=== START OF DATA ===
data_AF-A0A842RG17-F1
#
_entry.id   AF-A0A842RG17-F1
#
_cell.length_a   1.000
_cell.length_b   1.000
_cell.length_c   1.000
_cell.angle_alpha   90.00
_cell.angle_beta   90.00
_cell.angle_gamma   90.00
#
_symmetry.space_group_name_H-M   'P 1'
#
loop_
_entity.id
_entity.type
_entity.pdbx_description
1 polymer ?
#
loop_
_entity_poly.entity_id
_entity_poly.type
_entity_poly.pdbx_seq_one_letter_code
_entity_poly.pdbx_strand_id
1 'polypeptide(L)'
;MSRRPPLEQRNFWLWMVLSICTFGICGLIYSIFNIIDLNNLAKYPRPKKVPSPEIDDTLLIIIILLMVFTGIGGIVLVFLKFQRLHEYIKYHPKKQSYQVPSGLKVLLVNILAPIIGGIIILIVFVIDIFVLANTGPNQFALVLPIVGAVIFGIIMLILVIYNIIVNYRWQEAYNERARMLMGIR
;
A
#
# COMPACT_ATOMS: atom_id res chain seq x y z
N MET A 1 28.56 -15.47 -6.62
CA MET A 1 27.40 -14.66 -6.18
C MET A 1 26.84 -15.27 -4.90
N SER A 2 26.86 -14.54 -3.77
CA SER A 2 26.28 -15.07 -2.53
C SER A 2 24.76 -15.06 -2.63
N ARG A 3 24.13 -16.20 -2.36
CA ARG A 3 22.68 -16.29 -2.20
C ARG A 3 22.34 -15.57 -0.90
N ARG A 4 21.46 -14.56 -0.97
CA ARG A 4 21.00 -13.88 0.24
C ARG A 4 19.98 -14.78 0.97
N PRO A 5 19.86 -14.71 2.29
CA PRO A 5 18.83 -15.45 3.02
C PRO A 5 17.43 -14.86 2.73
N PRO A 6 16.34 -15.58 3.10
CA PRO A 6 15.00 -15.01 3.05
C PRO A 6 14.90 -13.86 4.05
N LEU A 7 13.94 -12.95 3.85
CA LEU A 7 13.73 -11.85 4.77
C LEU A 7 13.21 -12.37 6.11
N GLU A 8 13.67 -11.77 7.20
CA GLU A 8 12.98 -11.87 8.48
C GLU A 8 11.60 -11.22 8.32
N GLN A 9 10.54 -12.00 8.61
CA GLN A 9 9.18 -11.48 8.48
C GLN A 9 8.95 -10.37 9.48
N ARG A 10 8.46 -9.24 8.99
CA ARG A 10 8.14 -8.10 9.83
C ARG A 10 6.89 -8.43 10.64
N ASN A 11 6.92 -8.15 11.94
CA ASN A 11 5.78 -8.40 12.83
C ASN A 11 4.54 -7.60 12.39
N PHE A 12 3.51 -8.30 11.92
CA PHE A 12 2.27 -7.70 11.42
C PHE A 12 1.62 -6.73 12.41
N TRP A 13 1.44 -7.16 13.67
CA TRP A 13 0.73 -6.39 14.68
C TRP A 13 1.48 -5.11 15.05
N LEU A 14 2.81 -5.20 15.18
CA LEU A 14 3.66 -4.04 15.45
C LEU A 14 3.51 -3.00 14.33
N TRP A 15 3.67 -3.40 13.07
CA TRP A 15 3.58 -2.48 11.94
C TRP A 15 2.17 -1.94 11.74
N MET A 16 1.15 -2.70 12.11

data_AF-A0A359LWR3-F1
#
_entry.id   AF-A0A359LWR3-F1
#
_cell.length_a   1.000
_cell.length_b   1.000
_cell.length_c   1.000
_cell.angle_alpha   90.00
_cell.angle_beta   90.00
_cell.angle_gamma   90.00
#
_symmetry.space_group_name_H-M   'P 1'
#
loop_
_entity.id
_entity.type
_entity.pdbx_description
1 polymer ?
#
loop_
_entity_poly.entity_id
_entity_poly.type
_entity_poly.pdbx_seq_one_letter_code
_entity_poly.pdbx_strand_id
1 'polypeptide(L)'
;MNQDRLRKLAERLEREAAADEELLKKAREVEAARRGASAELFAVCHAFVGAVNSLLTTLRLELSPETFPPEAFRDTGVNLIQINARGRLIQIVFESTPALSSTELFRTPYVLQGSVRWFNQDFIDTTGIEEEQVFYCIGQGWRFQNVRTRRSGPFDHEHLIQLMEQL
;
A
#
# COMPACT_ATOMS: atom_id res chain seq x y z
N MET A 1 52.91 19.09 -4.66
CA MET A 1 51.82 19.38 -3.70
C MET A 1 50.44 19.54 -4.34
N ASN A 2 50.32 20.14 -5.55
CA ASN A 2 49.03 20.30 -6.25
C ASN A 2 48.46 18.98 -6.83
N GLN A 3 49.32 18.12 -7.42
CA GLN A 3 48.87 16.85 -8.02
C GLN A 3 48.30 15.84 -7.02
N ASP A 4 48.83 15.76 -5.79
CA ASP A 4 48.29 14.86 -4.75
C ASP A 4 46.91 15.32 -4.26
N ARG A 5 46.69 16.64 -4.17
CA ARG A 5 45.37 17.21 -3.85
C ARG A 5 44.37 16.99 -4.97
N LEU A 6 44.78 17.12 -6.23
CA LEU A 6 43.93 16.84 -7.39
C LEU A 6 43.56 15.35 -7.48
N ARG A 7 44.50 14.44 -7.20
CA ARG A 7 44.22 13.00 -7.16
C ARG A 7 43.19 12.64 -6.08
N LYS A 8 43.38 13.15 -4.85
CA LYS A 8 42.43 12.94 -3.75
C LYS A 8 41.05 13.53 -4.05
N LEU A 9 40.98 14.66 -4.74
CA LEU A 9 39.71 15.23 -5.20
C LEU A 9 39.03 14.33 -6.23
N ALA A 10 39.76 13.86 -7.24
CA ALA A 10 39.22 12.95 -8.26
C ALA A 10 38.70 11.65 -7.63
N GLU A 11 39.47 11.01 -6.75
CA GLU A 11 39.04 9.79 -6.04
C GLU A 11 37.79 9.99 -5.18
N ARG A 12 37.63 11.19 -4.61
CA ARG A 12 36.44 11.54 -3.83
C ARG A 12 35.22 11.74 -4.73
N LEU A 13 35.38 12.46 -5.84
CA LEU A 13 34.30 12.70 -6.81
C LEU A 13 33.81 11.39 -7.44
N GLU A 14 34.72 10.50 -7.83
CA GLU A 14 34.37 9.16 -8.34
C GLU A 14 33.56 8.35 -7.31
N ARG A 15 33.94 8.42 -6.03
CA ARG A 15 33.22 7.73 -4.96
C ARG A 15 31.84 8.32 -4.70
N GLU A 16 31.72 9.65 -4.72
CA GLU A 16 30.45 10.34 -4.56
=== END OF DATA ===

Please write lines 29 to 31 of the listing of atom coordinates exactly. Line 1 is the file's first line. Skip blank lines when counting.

#
# COMPACT_ATOMS: atom_id res chain seq x y z
N MET A 1 28.56 -15.47 -6.62